More Problems Are Now "Autism"
The marked increase in U.S. autism diagnoses that began to show up around 1996, and which some have blamed on childhood vaccination, may in fact be based not on an increase in autism per se, but on an increase in other, similar intellectual disabilities that are now classified as autism by those making the diagnosis. A Penn State study of eleven years of special-ed enrollment statistics that were compiled on over 6,000,000 children per year found that the rise in autism diagnoses over that time was almost entirely balanced off by a decrease in diagnoses of other autism-like conditions. The report concluded that simple reclassification could have produced two-thirds of the rise in autism cases overall, and a striking 97 percent of those involving older children.
2-5 Years Apart Is Safest
A new study indicates that "spacing pregnancies" between two and five years apart may lower each child’s risk of being diagnosed with autism spectrum disorder. Previous research has linked closely-spaced pregnancies to higher autism rates, but a new Columbia University study has found the same to be true when pregnancies are widely separated in time. Based on health records of over 7,300 children, researchers determined that children born between two and five years apart were in the safest range, while those conceived less than one year after a sibling were 50 percent more likely to be autistic, those conceived after more than five years were 30 percent more likely, and those conceived after more than ten years were 40 percent more likely.
Linked to Male Child Autism
Selective serotonin re-uptake inhibitors (SSRIs) are the most frequently prescribed drugs for depression and anxiety thanks to their high success rate and general safety, but this may not hold for expectant mothers. A new study by Johns Hopkins Bloomberg School of Public Health and the MIND Institute at U.C. Davis has found that there is a distinct association between prenatal use of SSRIs and developmental problems in the male offspring. Specifically, boys diagnosed with autism spectrum disorder or some other developmental drawback from the ages of two five were three times as likely to have been exposed to SSRIs in the form of their mother's medication while in utero. Researchers urged women and doctors to "balance the risks versus the benefits of taking these medications."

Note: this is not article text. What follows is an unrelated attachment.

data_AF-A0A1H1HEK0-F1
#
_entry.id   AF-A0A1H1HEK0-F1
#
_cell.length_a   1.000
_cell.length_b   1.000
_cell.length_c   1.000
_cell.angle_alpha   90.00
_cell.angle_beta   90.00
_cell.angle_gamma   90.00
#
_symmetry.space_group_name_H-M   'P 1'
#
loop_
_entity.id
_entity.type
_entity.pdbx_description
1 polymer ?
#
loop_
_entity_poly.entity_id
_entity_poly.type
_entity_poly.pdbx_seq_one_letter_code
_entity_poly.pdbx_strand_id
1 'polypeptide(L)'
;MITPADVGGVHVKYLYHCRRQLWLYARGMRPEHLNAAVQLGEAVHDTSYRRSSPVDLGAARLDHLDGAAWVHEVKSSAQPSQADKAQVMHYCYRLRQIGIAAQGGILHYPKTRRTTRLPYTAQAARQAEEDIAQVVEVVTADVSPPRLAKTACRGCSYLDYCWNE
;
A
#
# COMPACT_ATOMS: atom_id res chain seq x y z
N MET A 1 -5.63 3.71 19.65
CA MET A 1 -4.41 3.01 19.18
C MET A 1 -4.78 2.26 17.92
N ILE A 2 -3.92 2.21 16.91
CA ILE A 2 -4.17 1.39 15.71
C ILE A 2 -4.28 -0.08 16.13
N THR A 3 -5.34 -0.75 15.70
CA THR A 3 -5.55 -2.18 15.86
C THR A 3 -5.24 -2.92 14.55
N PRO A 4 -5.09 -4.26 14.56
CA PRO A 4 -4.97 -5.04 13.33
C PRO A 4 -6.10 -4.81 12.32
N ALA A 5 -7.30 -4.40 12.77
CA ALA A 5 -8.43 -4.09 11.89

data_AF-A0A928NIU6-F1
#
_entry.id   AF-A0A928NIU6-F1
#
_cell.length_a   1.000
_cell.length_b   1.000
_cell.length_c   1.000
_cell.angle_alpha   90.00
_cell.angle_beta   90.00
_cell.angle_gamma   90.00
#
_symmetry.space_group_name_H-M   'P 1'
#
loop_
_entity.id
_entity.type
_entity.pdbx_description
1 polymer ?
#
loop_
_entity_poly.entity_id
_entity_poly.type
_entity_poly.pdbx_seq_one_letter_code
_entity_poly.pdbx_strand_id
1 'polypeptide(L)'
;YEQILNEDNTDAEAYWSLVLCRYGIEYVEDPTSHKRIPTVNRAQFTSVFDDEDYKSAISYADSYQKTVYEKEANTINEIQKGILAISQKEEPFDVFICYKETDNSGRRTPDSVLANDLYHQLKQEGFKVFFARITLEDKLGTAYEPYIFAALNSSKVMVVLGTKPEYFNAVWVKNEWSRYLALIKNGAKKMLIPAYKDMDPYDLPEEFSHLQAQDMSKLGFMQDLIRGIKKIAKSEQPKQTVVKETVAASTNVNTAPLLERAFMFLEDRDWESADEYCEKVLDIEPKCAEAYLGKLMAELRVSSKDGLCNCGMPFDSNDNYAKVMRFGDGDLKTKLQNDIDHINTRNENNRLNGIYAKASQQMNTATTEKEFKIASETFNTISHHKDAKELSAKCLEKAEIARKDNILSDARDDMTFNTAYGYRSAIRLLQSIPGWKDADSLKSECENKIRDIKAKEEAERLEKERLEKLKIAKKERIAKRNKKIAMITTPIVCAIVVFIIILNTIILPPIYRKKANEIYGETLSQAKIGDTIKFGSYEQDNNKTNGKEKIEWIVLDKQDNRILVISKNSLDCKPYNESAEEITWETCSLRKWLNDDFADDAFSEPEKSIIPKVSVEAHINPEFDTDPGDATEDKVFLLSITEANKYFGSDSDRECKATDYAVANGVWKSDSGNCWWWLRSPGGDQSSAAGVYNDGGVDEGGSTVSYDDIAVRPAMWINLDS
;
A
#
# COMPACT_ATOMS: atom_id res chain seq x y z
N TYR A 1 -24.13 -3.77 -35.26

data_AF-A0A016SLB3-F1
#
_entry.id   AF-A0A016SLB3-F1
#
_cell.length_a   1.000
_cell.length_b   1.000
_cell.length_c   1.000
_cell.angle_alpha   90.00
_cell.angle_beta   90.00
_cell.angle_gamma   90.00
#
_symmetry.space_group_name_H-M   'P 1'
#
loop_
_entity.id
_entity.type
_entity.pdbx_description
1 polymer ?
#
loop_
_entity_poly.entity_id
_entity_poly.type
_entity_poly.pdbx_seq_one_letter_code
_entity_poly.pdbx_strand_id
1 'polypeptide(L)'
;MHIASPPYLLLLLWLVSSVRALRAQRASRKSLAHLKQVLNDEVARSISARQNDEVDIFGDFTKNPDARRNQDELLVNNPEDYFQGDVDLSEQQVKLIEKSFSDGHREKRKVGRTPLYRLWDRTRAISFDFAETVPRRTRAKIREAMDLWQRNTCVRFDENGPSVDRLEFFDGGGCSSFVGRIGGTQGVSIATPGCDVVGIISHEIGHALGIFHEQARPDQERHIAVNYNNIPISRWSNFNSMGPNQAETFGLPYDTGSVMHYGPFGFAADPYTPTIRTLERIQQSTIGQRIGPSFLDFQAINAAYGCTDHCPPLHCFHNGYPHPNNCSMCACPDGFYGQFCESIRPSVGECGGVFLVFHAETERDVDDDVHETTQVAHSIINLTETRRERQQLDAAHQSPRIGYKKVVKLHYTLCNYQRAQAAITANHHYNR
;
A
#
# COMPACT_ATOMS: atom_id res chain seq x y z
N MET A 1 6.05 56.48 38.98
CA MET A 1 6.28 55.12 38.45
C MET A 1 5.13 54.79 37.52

Also Low Thyroid Levels
A study of over 4,000 Dutch mothers has found that women with very low levels of the thyroid hormone thyroxine are four times as likely to have an autistic child. A second study, of 625,000 U.S. births, determined that women who have their labor induced are 13 percent more likely to bear an autistic child, while those whose labor is speeded up artificially are 16 percent more likely. But doctors note that labor is induced to reduce stress to the baby, and that distressed babies are significantly more prone to autism, at 27 percent, than those born from induced labor. Prior studies have found higher autism rates for babies born to older parents, born less than a year after an older sibling, or born to women who are diabetic, obese, have high blood pressure or low folic acid levels.
Space Three Years Apart
The risk of having a child with autism is increased by closely spaced pregnancies, suggest researchers from Columbia University in New York. Study findings revealed that babies conceived before their older sibling reached one year in age had triple the risk of being diagnosed with autism compared with children spaced three years apart, reports CNN. The research, published in the journal Pediatrics, included more than 660,000 children born second in their families in California between 1992 and 2002. Researchers speculate that autism rates may have increased in closely spaced children because the mothers may not have had enough time to build up nutrient reserves of folate and iron.